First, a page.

FORGET about Michael Tuck. While the VFL/AFL games record holder has 426 games to his name, he's got nothing on Andrew Hamer.
The former only played for 20 seasons. Hamer made his debut in 1983 and in round nine this season played his 500th match for the Bundoora Football Club against Montmorency.
From his first nine games of the year he booted 16 goals, including two in the opening game against West Preston Lakeside.
Hamer's 500 games is a Diamond Valley Football League/Northern Football League record. But it's more than numbers that are impressive – it's the honours that go with it.
Hamer is an eight-time premiership player, 15-time grand finalist, three-time club best-and-fairest, one-time league B&F, four-time club leading goalkicker, two-time league leading goalkicker, a Bundoora life member and is part of the club's team of the century.
Not shabby for a bloke aged 47 and in the 30th year of his career.
"Over the past 10 years, every year I've said 'this will be my last year'," he says. "You get to the end of the season and you're tired and worn out. But then you have a break, pre-season comes along and you're up and running again."
Hamer still remembers his first game well. "I was 17, still playing under-18s. We played against Heidelberg and they started me on the ball. They said 'we'll throw ya in amongst it'. At the first ball-up our ruckman tapped it straight to me and three blokes jumped on top of me and smashed me. 'Welcome to senior footy', they said, and off I went."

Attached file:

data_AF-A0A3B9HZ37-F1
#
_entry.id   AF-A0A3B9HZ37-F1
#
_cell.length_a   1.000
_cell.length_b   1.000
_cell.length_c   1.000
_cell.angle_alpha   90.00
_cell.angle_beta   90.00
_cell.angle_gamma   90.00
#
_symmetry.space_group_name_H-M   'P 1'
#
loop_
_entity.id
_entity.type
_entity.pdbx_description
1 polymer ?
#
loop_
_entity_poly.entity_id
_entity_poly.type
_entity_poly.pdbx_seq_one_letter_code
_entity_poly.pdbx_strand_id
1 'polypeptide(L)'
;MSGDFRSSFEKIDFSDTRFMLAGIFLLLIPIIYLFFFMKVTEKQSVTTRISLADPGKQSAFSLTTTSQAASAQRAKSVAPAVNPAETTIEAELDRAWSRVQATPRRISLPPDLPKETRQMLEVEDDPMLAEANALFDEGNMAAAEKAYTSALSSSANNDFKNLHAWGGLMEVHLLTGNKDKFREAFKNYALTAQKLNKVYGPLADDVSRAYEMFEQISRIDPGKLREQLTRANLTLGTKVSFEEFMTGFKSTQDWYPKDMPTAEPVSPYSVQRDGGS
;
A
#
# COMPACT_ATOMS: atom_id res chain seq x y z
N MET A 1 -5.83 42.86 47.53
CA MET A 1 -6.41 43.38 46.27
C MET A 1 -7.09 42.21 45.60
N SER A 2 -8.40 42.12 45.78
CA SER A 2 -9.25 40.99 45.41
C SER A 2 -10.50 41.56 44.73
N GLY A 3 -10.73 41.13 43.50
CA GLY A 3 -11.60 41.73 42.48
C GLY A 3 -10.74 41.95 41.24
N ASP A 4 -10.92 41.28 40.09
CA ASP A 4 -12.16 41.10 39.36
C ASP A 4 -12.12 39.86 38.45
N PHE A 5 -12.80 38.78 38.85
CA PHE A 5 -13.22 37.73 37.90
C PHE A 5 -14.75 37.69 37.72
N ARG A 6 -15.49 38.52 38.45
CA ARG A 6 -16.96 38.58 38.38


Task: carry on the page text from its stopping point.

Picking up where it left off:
Of course, the game is much different now than it did in 1983.
"Back when I started it was a lot more physical in terms of one-on-one contests," Hamer says. "But today the game is much more professional and a lot quicker."
Hamer has witnessed Bundoora change from a ground with "small clubrooms" to a "fantastic footy club", saying the old suburban footy mentality of "boys' club" is a thing of the past.
"People come to Bundoora now and stay there," he says. "About five years ago the dynamic of the club changed and now we are known as a family club. We get stronger each year and it helps with the calibre of people and players we attract."
We could talk all day about the innumerable highlights from Hamer's career but he cherry-picks the back-to-back 1995-96 senior premierships as the pinnacle, the club's first Division 1 victory.
Inevitably, he has slowed down since then. He hasn't played a senior game for more than a decade, but coached the reserves for five years in the noughties and is still happily lacing up the boots for the twos each weekend.
"At the end of the season I'll sit back and look at it all but I'd be quite content to say that's enough now," he says, before adding with a laugh, "but I feel this way every year!"